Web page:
As SEO editor, I study what our online audience are interested in and what questions they are asking Google.
In resigning as prime minister, Theresa May achieved the highest search interest in her entire tenure in No 10. Now, the old saying “a week is a long time in politics” (a saying widely attributed to Harold Wilson) is too slow for the political rollercoaster on Friday.
No sooner had the emotional May stepped back into Downing Street and the British public’s online interest started to swing towards a certain Alexander Boris de Pfeffel Johnson.
As the perceived frontrunner to succeed as Conservative leader and prime minister, people wanted to know his current position on Brexit, what level of party support he enjoys and who his girlfriend is (sigh).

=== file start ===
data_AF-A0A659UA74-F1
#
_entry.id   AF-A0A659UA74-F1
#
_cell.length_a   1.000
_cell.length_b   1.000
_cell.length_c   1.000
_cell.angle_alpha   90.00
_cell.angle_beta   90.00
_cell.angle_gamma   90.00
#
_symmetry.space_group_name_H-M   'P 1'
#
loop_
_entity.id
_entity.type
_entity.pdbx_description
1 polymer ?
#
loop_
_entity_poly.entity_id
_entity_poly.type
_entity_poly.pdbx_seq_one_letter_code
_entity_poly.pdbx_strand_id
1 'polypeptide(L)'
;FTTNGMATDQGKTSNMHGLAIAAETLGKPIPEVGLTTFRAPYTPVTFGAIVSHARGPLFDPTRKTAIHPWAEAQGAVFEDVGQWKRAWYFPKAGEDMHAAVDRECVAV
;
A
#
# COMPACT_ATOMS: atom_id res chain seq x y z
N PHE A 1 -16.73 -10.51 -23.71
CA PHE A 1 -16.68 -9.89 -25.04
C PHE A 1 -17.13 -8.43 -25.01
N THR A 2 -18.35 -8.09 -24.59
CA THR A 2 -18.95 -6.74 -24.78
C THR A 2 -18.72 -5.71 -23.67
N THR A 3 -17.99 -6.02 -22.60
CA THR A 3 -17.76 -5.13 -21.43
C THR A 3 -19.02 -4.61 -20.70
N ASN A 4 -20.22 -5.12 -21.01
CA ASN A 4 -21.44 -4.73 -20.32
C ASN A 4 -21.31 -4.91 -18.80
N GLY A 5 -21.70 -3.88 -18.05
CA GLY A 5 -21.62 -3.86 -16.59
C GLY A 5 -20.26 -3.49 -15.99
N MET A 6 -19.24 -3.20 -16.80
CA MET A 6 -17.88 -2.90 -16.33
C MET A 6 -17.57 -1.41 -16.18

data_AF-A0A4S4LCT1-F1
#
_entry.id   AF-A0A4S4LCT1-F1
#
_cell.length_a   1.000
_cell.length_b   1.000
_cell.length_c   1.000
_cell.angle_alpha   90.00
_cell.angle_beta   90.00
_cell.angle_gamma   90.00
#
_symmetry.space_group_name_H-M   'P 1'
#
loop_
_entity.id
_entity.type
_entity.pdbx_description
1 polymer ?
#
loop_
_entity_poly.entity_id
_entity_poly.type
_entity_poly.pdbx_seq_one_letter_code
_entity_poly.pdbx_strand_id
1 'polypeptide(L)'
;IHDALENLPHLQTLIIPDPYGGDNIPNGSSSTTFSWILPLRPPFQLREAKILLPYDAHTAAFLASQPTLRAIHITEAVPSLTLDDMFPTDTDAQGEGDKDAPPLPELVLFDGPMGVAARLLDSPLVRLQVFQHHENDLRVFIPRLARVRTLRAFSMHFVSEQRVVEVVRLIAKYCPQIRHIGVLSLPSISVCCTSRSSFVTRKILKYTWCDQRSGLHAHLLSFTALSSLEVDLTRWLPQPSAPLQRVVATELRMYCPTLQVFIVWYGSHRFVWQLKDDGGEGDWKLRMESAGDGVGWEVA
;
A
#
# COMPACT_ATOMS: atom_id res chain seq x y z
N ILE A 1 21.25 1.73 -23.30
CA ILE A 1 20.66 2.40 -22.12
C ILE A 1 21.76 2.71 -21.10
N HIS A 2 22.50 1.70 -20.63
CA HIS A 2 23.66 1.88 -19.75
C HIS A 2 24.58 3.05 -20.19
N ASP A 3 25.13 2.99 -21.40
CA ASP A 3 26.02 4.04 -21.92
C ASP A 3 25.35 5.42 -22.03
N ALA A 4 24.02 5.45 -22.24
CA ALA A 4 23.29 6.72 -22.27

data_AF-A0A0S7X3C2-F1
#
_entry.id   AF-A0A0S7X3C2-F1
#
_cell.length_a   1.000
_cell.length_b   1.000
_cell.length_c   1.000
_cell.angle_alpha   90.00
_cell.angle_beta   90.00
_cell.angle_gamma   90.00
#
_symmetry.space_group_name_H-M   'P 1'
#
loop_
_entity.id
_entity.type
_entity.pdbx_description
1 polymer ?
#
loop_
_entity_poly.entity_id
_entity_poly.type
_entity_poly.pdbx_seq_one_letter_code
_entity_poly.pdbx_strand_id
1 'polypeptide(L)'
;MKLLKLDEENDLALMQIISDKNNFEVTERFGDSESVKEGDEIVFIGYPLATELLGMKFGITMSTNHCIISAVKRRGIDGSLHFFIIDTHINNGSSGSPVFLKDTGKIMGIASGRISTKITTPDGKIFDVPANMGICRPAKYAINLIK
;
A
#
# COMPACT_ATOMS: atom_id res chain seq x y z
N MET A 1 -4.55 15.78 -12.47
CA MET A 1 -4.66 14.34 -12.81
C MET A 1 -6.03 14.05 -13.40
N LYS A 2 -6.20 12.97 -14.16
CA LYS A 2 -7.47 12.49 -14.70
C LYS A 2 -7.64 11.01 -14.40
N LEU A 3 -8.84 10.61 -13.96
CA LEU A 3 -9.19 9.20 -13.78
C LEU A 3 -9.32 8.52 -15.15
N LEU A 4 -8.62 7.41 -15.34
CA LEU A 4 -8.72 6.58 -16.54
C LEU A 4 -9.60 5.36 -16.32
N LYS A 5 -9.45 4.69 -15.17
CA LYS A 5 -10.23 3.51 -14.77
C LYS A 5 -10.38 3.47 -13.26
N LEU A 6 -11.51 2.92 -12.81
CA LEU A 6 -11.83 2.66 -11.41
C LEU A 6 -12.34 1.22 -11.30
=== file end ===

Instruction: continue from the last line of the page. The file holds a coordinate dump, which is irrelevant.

One could be disparaging about people moving so quickly on from the fact May was our second female prime minister – but quite rightly people are concerned about Brexit and the potential lurch of the Conservative party to the right.
If the front runner was not the former London mayor and foreign secretary, perhaps people would have remained intrigued by Theresa May’s failed attempt to secure and pass a unifying Brexit deal.
However, we are faced with a British politician who, like Donald Trump, is known for bombastic speeches and a seemingly glib relationship with the facts. Thus we should expect a similarly constant interest in his actions and agenda.
The huge interest in Johnson’s bid for leadership should be a warning to liberal opponents: those searching for information about the Uxbridge MP are not all thinking of ways to stop his ascension.
Boris Johnson knows that if some British people can name just one politician, it will probably be him. Name recognition alone could take him far.
I have been writing Johnson’s name at least once a week for my entire journalistic career, and it now looks like this won’t be changing any time soon.
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